Create NSW announces 12 new screen productions for the state

Screen production in NSW continues to boom with 12 new projects set to go into production with the support of the NSW Government.

‘Create NSW’ CEO Michael Brealey said the screen productions, which include drama and factual programs, will receive investment through Create NSW’s Production Finance Program, Made in NSW and Regional Filming Fund initiatives.

“These productions will bring a total of $60.85 million in direct production expenditure to NSW and create over 3,400 highly-skilled jobs in the screen sector,” Mr Brealey said.

The productions include Little Monsters, to be directed by actor-turned-director Abe Forsyth and ‘Big Little Lies’ producer Bruna Papandrea, who will return to local production as Executive Producer of the film.

The French-Australian co-production Slam brings acclaimed Sydney-based director Partho Sen-Gupta to shoot in Western Sydney with an international cast that includes Adam Bakri (Omar), Rachael Blake (‘Cleverman’, Lantana) and Abbey Aziz (Let It Be Love).

Also included is the new feature film from brothers Tristan Roache-Turner and Kiah Roache-Turner, the follow up to their worldwide hit Wyrmwood: Road of the Dead.

New television to be produced in NSW includes a new eight-part series from Playmaker, the producers of The Code and Love Child and the new four-part series Dead Lucky created by Ellie Beaumont and Drew Proffitt (the creative team who brought House Husbands to the screen), which will be directed by David Caesar (Dirty Deeds, The Nowhere Boys: The Book of Shadows). Also supported is the returning series of the much-loved Rake and series two of Doctor Doctor.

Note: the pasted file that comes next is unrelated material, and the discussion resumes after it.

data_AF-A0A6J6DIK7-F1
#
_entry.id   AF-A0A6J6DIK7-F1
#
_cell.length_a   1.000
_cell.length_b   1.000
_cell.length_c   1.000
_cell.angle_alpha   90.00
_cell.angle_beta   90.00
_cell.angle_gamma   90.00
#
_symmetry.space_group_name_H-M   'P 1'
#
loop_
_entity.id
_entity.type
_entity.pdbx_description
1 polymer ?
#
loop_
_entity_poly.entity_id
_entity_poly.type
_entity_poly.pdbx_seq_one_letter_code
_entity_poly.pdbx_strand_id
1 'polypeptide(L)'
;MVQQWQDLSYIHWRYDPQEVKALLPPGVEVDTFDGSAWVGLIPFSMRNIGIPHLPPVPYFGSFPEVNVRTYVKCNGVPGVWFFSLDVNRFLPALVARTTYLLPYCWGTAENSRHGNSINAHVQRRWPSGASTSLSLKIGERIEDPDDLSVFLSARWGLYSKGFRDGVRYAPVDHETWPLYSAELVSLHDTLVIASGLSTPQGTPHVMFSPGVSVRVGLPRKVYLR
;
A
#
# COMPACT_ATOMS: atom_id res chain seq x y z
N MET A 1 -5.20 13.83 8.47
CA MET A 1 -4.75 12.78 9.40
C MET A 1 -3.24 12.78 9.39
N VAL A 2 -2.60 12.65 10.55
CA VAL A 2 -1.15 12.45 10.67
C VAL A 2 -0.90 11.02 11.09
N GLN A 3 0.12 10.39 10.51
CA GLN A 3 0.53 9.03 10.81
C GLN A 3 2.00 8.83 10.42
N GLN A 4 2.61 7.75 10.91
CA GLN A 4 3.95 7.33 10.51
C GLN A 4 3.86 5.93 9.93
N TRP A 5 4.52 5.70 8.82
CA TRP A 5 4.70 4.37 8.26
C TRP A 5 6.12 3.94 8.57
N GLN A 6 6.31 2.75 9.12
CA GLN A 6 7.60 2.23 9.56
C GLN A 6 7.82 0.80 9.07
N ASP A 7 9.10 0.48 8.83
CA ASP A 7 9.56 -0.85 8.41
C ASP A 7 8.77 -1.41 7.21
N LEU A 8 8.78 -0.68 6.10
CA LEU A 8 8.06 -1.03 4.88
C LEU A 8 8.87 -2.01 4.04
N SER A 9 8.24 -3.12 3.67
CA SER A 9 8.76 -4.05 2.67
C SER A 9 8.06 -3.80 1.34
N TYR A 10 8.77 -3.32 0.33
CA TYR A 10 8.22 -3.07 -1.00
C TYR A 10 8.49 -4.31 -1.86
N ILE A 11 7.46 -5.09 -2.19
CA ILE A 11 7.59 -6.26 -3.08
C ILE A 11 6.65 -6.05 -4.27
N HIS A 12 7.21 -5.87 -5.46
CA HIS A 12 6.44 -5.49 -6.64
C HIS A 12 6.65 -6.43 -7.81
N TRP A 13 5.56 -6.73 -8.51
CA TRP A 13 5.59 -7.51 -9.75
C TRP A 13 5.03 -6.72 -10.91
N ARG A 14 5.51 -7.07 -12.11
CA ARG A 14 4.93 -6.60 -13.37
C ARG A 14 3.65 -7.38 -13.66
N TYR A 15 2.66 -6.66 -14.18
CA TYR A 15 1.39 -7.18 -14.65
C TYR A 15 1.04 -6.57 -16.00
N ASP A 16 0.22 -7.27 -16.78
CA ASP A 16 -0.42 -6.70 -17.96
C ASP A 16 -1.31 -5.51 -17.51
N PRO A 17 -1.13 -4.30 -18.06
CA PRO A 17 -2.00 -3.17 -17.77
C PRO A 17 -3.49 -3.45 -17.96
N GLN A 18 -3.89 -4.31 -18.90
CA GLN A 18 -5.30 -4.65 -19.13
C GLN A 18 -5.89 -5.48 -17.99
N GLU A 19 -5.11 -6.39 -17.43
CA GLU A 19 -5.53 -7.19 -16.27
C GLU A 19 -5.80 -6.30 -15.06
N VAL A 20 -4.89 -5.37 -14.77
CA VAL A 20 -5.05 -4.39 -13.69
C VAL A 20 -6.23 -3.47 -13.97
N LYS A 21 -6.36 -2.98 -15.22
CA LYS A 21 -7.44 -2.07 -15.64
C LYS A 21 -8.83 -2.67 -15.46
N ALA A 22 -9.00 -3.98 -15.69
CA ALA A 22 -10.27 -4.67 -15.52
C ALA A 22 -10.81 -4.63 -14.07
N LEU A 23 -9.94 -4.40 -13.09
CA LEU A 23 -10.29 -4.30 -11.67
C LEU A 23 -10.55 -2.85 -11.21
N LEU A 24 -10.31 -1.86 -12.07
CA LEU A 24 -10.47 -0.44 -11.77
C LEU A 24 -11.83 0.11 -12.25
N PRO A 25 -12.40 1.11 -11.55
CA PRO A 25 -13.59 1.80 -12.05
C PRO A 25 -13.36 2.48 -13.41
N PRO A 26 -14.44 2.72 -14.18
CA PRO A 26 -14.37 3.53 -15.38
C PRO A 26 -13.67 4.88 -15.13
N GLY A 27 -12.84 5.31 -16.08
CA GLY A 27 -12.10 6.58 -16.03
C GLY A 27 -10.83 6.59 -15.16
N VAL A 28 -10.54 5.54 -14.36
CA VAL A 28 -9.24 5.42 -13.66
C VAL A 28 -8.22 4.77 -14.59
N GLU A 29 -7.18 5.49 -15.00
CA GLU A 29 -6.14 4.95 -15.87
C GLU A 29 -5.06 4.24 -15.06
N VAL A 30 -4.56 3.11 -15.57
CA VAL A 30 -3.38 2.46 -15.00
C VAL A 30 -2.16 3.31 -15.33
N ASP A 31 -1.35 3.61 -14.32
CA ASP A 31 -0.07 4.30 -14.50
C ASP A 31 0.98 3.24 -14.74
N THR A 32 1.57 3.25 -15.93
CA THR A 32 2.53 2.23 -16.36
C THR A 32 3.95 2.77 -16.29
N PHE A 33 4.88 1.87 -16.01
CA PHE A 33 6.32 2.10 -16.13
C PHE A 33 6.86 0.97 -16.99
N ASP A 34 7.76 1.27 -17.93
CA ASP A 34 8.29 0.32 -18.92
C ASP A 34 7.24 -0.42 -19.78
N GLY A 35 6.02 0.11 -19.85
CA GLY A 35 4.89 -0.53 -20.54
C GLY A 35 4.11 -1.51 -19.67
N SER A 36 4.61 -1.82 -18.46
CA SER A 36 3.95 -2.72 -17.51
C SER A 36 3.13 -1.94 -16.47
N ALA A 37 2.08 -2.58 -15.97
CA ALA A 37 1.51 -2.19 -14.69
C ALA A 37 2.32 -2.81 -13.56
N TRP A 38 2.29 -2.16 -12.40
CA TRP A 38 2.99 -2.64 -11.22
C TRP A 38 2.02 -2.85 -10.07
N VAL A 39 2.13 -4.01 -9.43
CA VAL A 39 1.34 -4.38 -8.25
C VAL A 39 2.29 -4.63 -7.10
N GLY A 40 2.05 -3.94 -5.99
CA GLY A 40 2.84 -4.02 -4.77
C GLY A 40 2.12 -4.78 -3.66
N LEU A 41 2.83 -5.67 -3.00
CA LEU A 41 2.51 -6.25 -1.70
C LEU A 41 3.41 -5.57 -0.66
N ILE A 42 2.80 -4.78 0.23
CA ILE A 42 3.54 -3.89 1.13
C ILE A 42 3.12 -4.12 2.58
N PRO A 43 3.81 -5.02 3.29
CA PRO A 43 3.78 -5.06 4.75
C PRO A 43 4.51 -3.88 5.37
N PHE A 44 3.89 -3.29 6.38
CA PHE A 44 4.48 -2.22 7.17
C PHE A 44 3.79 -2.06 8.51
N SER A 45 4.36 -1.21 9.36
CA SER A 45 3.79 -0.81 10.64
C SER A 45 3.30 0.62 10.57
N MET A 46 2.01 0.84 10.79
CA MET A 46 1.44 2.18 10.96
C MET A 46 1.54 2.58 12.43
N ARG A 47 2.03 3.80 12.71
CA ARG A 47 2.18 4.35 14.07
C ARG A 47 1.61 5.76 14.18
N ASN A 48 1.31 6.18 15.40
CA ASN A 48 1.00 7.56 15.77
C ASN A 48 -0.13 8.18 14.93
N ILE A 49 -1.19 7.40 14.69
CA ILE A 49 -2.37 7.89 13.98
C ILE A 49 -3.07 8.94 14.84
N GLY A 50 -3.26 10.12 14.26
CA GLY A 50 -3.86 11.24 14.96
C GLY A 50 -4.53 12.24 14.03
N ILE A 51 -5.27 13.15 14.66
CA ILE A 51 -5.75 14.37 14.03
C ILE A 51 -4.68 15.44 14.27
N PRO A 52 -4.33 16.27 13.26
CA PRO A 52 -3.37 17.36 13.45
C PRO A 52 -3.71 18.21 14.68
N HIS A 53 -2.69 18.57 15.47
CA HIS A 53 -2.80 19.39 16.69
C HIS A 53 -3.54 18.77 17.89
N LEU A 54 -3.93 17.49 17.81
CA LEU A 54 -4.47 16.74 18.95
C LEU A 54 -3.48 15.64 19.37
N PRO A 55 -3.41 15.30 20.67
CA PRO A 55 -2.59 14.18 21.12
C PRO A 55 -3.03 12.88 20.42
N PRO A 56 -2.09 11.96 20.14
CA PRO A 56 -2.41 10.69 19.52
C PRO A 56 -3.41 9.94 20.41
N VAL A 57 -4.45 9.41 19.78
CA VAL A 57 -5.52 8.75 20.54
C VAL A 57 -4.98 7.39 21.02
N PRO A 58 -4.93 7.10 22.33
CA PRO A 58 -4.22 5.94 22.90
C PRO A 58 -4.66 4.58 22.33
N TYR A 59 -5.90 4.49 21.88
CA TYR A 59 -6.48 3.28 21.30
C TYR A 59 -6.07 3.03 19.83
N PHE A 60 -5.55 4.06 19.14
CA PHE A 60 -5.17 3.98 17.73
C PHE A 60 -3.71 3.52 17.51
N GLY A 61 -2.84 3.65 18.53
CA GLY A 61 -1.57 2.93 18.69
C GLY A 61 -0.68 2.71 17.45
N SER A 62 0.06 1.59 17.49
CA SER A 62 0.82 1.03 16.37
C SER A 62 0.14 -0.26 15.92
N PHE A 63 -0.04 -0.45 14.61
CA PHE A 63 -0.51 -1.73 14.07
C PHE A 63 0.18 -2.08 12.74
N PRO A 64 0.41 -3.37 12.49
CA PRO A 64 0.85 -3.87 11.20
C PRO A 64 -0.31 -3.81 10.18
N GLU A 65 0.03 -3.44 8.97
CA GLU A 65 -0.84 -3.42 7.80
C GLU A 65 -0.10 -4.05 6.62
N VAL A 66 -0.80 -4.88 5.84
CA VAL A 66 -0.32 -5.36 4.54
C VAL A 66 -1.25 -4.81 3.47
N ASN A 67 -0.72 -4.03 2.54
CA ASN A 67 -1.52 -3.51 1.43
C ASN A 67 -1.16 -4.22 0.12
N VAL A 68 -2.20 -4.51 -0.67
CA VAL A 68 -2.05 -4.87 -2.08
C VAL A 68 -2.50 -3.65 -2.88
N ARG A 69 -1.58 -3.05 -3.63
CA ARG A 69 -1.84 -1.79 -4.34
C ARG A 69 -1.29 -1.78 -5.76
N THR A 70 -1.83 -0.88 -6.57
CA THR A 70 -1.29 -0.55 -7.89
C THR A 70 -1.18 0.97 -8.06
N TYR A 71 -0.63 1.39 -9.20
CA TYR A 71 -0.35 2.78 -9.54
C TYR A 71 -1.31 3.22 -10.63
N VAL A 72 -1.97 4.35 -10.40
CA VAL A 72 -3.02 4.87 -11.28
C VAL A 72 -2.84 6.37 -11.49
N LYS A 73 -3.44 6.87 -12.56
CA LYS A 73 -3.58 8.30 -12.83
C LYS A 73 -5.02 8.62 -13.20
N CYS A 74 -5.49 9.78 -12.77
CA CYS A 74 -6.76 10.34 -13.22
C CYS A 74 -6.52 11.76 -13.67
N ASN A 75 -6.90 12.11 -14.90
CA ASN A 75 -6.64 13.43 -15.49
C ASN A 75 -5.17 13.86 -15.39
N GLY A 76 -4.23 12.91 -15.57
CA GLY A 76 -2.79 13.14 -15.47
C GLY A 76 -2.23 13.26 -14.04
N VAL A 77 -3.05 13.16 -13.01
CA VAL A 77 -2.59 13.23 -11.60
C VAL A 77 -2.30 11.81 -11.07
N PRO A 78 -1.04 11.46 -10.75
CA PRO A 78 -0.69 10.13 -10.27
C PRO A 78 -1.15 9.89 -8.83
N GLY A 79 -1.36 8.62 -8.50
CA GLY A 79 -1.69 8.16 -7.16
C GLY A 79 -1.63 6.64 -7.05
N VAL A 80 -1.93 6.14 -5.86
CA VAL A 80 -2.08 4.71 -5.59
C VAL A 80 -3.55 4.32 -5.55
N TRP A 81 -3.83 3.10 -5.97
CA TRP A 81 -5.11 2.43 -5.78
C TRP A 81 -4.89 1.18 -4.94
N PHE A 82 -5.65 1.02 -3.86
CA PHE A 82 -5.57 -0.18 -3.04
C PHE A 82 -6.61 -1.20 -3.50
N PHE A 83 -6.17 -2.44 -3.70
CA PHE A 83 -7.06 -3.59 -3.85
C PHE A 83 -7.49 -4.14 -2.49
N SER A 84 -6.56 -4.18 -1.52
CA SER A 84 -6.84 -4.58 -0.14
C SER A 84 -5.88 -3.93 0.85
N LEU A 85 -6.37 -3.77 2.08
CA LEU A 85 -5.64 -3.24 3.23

The feature documentary Beautiful Minds: The Agents of Change charts the journey of 76 female scientists on an epic journey to Antarctica, exposing the disturbing prevalence of gender inequality in STEM.

Making Muriel follows film director P.J. Hogan and his creative partners as they turn an Australian film classic into a world-first stage musical at the Sydney Theatre Company and Todd Sampson returns to television with Body Hack 2.0.  Also funded is a production from Screentime, and the multi-platform The Queen and Zak Grieve, a ‘vodcast’ series which delves into the story of Zak Grieve, a young Indigenous man sent to jail for life over a murder, despite the judge finding he wasn’t there when it took place.

“This is an incredibly diverse range of productions with some of the state’s most experienced screen creatives attached. It’s exciting that they have chosen NSW as their production base and that several productions have also chosen to film in regional NSW or Western Sydney, where the production expenditure will have a significant positive impact on local economies.

“It is also pleasing to note that NSW’s diversity is represented both on screen and behind the camera in productions such as Slam and Beautiful Minds: The Agents of Change, which include opportunities for emerging practitioners to have attachment roles with some of our leading screen practitioners,” Mr Brealey said.